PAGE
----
... and Shalala did open on time. This place bases its three current ramen offerings on a tonkotsu master broth conspicuously simmering behind the counter. The shoyu ramen was slightly milky, and when I (not exactly a connoisseur, I just enjoy the stuff) afterwards asked the chef, who's from Japan, he said that clear shoyu broths (as I get at Maruichi nearby) are more traditional, but that cloudy or "creamy" broths are the new thing among ramen houses in Japan, favored by young ramen customers there, so that's his style.

        I enjoyed it well enough, but given that I've been to Ryowa and Maru Ichi (nearby) each several dozen times a year for the past several years, I need time to form impressions for comparison (plus, the place just opened after all). Various locals and walk-in customers were there; a friend wanted to try the ramen but had a sodium restriction so settled for Tamago Gohan (poached-egg rice bowl, $3) which she pronounced very good. Three rice bowls, three appetizers, and three ramens are on the menu (of which I duly secured a copy for my local file). One or two minor kinks, on which I gave feedback, included the pork belly on the ramen (a good 3/16" thick) being cold inside (but, not to be repetitive, the place did just open).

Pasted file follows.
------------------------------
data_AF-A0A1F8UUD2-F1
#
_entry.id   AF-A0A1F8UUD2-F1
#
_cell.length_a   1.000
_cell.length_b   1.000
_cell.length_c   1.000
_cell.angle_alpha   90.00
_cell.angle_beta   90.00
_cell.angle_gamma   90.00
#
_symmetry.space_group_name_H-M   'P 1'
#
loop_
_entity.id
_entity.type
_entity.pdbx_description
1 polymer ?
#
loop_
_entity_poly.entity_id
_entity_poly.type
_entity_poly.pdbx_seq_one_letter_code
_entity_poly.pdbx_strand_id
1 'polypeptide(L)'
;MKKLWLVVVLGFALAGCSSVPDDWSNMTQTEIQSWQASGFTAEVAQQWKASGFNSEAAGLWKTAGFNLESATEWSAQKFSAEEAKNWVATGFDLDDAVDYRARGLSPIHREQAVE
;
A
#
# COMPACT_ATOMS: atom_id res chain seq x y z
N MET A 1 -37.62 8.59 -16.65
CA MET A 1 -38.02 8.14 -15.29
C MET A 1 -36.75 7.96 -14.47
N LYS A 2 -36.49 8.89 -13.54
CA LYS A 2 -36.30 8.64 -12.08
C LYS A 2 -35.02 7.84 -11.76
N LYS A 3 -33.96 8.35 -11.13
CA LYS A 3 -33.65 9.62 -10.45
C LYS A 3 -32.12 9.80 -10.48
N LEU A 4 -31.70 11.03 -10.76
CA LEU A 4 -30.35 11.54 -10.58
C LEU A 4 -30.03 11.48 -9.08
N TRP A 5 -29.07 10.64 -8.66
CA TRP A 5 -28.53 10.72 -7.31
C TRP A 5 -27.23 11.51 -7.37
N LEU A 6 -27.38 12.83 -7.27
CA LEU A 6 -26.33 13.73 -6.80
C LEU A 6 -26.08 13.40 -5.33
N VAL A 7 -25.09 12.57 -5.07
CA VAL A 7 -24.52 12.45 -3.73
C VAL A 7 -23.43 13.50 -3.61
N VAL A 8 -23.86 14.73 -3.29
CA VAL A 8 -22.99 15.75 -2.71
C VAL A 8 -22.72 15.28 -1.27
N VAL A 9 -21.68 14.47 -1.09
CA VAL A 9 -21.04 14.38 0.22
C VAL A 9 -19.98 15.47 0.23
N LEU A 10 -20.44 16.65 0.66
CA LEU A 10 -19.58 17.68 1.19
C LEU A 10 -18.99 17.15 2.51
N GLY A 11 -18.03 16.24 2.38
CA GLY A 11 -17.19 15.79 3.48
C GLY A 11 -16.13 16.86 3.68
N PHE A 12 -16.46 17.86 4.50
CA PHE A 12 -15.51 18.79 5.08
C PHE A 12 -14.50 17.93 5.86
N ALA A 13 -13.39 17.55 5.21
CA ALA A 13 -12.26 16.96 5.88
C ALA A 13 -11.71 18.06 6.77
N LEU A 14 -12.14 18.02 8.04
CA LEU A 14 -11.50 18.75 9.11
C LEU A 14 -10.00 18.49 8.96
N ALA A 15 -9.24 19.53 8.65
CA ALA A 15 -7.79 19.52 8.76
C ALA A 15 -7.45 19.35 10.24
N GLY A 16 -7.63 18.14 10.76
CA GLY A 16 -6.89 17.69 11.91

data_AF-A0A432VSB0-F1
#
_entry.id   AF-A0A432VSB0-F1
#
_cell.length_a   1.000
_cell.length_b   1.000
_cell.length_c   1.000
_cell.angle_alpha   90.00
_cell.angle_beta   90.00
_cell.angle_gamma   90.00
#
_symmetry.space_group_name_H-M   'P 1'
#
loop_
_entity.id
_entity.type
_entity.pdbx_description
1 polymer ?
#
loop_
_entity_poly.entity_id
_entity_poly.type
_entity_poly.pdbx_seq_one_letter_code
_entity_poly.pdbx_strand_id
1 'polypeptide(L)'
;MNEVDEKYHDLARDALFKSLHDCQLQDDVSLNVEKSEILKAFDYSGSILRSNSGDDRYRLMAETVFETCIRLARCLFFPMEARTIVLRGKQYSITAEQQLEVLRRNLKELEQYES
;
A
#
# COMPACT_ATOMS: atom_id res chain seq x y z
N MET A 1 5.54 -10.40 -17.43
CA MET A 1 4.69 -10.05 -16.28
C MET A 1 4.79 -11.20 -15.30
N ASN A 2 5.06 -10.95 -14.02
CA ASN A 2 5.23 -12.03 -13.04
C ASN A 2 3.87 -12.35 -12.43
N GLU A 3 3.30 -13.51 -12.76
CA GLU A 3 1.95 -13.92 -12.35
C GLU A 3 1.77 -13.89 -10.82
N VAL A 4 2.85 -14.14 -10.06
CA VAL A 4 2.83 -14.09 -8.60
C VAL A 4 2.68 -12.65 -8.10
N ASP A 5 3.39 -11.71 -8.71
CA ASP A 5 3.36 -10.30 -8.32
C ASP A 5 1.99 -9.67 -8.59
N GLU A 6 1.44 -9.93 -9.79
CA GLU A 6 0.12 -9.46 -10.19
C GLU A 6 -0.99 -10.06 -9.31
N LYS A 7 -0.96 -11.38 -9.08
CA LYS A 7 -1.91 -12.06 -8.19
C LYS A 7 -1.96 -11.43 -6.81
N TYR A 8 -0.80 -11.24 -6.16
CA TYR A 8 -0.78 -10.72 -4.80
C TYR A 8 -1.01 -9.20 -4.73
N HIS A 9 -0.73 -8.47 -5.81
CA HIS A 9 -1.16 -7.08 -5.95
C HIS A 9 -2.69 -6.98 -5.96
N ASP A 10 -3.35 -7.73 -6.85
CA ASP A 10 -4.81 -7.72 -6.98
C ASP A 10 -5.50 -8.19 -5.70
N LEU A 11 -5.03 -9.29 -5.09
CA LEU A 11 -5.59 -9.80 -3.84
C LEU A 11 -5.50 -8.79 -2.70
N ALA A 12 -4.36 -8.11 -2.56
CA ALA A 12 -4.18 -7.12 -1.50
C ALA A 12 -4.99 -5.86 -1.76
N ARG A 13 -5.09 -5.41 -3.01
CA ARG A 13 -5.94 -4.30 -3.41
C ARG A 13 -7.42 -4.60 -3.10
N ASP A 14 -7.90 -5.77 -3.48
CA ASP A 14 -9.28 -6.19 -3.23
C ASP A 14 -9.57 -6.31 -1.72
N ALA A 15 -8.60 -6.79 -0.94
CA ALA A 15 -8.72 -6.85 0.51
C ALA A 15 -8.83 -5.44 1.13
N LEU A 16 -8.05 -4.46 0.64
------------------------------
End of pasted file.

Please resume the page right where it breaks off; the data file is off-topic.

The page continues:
One little quirk, which I'll mention (meaning no levity or disrespect about something that greatly affected my family in my parents' generation, like most US families at the time, not to mention families in Japan), is the opening date of December 7, a reference instantly familiar to Americans. I touched on that in passing before I left, but chef Iwahashi, who's rather young by the way, was genuinely suprised -- I had to explain the anniversary of the date Imperial Japan attacked Hawaii and the Phillipines 69 years ago. He seemed a little embarassed, he was much less aware of the date. His own invasion of Mountain View's downtown restaurant cluster, however, is considerably more constructive and I hope it works out.

        PS: It was my turn to be surprised when the chef said he had never seen the great food movie Tampopo (1986, Japanese, and popular in the US on release), which is mainly about starting up a ramen house. (I *hope* no ramen fan reading this shares the misfortune of not knowing the movie.) From a particular scene in that outrageously funny film I estimate that he would not have served the pork slices cold inside, had he seen it.

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        Shalala
        698 W Dana St, Mountain View, CA 94041

        1. re: eatzalot

          Thanks for your report. When i saw the date, Tora! Tora! Tora! or a Day that Shall Live in Infamy did cross my mind and I appreciate your sensitivity in acknowledging it. What's the price for the ramen?

          1. re: Melanie Wong

            Salt or Shoyu ramen $7.50, $6.50 small. Miso ramen $8.50, $7.50 for small. Those are the noodle offerings at present (though I got the impression the menu's not cast in stone). Roughly similar to what I recall paying at the other two ramen houses nearby (which also have much more extensive noodle soup menus and are much better established -- one friend wryly quoted the famous quip "Nobody goes there anymore, it's too crowded").